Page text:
lost2.jpgWe’ve grown used to the sly grammar of the programme, how characters pinball across other people’s history, how old actions take a bite out of the present. And in the two part conclusion to series three, the time-space continuum got looser, virtually funky.

Jack was eating pills and getting suicidal. Charlie made a noble sacrifice under the sea and Locke hobbled out of a boneyard. There were flashbacks and throw-forwards and incidents that might have seemed absurd elsewhere. So yeah, it was contrived and the revelations were sometimes a bit bogus. But still it was a satisfying yarn.

Like those ancient editions of Star Trek, it’s a sure bet that Lost will circulate the cable networks and broadband lines for decades to come, all out of synch and context. Which might actually suit the zig-zag logic. For all we know, Eko is still communing with ghosts, Ana-Lucia is keeping the peace and the Dharma Initiative is in charge of the cosmic order.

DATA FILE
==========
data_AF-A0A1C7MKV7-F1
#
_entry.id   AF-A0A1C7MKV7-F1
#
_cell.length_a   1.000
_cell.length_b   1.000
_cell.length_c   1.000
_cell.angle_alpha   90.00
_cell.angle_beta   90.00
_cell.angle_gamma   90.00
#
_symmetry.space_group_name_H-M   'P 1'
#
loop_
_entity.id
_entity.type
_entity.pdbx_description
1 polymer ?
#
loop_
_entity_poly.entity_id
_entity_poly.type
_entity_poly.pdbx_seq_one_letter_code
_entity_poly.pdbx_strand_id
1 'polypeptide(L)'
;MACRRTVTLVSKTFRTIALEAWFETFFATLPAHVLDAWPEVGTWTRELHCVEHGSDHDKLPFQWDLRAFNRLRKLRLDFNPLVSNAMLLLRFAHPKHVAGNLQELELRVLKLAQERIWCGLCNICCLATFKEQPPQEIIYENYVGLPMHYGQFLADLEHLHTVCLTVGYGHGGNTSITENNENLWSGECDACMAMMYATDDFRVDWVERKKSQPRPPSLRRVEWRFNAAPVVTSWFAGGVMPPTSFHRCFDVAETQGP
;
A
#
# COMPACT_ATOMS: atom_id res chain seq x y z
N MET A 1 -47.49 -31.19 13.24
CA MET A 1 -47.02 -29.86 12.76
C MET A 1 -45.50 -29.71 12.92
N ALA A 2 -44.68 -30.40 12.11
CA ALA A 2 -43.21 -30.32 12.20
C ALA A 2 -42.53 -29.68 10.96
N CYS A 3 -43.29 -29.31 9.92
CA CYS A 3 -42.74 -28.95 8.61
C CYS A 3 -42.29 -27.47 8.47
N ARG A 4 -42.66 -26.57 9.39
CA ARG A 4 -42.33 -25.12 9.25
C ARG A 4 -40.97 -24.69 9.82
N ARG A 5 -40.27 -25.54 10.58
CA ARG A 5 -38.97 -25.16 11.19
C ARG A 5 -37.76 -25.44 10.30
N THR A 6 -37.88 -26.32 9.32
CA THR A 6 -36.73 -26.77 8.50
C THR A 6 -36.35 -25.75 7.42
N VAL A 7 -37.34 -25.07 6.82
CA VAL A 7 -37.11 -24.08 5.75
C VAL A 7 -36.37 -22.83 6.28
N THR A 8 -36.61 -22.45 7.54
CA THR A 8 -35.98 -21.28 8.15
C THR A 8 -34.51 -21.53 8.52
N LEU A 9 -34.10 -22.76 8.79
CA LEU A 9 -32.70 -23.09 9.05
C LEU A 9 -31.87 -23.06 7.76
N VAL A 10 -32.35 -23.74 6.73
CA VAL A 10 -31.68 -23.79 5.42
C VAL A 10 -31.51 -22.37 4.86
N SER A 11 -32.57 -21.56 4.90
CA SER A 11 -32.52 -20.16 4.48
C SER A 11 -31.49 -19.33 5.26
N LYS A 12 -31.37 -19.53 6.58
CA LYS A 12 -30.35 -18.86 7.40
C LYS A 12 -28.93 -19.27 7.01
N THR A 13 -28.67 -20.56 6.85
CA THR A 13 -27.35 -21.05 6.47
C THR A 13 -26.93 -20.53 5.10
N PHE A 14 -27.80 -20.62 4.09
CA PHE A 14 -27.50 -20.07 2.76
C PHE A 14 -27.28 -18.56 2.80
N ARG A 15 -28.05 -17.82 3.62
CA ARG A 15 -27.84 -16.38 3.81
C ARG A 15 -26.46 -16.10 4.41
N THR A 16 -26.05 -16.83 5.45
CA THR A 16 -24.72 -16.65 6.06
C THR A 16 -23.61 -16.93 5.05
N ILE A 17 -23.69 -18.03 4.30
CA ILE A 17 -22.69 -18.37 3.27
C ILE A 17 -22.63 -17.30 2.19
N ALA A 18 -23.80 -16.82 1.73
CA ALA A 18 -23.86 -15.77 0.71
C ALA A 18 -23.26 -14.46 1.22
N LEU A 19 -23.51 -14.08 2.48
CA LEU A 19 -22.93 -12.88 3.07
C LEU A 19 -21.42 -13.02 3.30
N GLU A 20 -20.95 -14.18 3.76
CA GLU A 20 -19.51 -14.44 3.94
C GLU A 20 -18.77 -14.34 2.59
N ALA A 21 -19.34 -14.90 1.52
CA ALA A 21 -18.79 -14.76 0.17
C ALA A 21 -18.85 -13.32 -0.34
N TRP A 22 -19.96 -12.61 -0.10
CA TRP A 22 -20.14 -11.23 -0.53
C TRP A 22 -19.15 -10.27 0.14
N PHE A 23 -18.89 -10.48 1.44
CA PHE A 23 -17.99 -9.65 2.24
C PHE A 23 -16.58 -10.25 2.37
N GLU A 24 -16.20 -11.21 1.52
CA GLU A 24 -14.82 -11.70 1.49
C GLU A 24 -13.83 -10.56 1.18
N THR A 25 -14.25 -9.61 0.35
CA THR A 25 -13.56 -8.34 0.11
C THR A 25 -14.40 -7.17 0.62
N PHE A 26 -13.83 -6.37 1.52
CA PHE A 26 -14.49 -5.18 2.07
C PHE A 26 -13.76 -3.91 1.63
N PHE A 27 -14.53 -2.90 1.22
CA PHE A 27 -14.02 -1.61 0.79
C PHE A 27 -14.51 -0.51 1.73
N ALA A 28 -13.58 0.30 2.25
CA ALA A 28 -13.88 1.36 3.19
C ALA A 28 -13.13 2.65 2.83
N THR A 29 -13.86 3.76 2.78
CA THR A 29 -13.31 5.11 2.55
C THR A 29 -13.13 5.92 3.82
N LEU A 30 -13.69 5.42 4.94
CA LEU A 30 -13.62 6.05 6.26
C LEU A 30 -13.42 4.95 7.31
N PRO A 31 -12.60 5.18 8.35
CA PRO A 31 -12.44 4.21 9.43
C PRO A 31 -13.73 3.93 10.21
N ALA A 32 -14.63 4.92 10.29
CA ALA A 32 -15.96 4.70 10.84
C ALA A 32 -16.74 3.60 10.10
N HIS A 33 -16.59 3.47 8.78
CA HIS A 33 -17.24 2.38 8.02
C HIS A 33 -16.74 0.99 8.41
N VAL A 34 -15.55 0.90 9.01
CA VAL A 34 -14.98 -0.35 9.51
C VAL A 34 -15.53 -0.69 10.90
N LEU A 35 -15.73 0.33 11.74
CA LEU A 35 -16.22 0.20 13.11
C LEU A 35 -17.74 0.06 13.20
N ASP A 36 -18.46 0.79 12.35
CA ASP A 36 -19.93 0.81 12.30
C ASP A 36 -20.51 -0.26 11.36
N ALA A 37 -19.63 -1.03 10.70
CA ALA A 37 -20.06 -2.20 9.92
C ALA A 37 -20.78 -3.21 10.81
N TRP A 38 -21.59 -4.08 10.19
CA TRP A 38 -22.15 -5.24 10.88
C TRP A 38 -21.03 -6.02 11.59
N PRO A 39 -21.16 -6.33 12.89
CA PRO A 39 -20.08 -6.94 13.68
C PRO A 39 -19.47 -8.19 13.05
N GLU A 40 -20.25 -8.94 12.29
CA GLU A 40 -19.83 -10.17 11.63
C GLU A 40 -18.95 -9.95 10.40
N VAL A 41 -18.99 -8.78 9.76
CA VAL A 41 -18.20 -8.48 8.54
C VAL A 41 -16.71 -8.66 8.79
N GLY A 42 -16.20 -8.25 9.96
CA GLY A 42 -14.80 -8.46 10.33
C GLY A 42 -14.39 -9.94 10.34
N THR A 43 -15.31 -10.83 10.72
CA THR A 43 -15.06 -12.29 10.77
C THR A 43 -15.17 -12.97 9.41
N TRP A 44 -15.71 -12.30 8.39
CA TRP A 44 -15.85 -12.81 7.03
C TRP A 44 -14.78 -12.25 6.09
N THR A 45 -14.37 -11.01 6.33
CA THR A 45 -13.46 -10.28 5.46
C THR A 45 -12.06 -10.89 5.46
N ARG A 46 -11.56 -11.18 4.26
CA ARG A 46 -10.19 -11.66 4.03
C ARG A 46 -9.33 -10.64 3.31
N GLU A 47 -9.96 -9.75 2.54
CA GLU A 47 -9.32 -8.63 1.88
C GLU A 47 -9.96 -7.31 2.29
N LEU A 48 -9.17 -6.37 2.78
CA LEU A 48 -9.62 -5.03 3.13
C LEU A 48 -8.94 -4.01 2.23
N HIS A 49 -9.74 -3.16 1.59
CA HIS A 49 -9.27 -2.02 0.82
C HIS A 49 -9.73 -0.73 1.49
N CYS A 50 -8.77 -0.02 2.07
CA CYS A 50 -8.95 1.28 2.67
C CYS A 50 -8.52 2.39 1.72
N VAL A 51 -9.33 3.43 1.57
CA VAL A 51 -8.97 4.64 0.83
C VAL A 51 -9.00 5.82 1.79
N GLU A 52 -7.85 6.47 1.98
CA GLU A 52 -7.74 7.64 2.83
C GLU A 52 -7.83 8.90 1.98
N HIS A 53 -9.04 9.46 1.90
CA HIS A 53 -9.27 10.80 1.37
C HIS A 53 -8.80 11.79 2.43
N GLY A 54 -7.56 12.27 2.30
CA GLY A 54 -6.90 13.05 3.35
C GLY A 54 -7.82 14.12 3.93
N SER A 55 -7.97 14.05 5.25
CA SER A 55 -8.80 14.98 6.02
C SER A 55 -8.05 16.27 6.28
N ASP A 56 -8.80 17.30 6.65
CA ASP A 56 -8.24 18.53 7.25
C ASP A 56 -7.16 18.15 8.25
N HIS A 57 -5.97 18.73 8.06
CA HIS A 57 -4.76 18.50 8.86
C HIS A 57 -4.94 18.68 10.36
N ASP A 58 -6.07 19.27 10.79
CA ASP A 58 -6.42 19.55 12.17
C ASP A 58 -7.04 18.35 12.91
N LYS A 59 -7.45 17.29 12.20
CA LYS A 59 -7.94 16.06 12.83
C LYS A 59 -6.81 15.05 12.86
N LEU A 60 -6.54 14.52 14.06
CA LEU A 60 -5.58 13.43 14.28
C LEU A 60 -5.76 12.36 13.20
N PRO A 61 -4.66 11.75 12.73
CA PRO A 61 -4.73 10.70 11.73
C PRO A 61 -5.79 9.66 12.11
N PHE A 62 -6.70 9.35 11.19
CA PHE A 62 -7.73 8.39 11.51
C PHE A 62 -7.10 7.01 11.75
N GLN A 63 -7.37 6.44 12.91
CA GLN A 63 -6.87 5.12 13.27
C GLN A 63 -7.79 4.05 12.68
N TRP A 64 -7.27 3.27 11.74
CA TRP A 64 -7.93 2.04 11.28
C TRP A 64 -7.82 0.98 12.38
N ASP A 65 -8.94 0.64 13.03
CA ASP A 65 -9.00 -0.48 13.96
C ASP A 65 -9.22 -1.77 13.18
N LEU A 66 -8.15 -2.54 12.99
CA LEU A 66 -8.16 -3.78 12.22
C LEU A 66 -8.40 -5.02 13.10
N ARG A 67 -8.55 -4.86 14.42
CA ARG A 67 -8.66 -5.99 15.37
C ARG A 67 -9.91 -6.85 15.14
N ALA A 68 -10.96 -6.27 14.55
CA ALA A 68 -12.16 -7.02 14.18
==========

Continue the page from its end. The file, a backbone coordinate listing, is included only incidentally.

Will everything be tidied up when Episode 117 is finally screened in May 2010? Most likely the end will deliver a mocking non-sequitur and so Lost will heroically consume itself.

Docs Around The Clock

Stuart Bailie | 15:14 UK time, Friday, 25 May 2007

Stuart Bailie.jpgI once spent an emotional afternoon in Soho with Joe Strummer. It was shortly after his comeback with the Love Kills soundtrack, and he was enjoying the post-Clash acclaim. So we hoisted a series of cold drinks in the John Snow on Broadwick Street. After a few minutes pretending to be a proper journalist, I quickly reverted to gushing fan mode and he kindly accepted my testimony.